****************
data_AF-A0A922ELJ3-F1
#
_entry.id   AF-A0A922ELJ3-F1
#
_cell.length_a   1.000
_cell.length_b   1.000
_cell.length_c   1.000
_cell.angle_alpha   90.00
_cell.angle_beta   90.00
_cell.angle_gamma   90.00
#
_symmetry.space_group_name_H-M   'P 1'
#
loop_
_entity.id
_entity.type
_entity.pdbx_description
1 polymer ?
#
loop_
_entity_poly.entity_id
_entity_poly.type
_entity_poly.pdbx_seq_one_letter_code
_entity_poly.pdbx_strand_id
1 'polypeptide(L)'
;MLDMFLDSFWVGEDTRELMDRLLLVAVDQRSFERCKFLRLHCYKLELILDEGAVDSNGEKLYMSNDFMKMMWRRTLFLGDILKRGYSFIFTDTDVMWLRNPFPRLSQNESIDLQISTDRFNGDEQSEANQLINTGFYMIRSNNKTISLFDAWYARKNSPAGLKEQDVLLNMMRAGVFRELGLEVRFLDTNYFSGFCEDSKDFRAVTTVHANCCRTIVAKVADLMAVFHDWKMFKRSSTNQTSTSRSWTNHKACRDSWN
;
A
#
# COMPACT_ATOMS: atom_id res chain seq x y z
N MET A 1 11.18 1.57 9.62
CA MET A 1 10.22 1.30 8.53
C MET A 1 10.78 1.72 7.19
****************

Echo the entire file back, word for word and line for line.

data_AF-A0A922ELJ3-F1
#
_entry.id   AF-A0A922ELJ3-F1
#
_cell.length_a   1.000
_cell.length_b   1.000
_cell.length_c   1.000
_cell.angle_alpha   90.00
_cell.angle_beta   90.00
_cell.angle_gamma   90.00
#
_symmetry.space_group_name_H-M   'P 1'
#
loop_
_entity.id
_entity.type
_entity.pdbx_description
1 polymer ?
#
loop_
_entity_poly.entity_id
_entity_poly.type
_entity_poly.pdbx_seq_one_letter_code
_entity_poly.pdbx_strand_id
1 'polypeptide(L)'
;MLDMFLDSFWVGEDTRELMDRLLLVAVDQRSFERCKFLRLHCYKLELILDEGAVDSNGEKLYMSNDFMKMMWRRTLFLGDILKRGYSFIFTDTDVMWLRNPFPRLSQNESIDLQISTDRFNGDEQSEANQLINTGFYMIRSNNKTISLFDAWYARKNSPAGLKEQDVLLNMMRAGVFRELGLEVRFLDTNYFSGFCEDSKDFRAVTTVHANCCRTIVAKVADLMAVFHDWKMFKRSSTNQTSTSRSWTNHKACRDSWN
;
A
#
# COMPACT_ATOMS: atom_id res chain seq x y z
N MET A 1 11.18 1.57 9.62
CA MET A 1 10.22 1.30 8.53
C MET A 1 10.78 1.72 7.19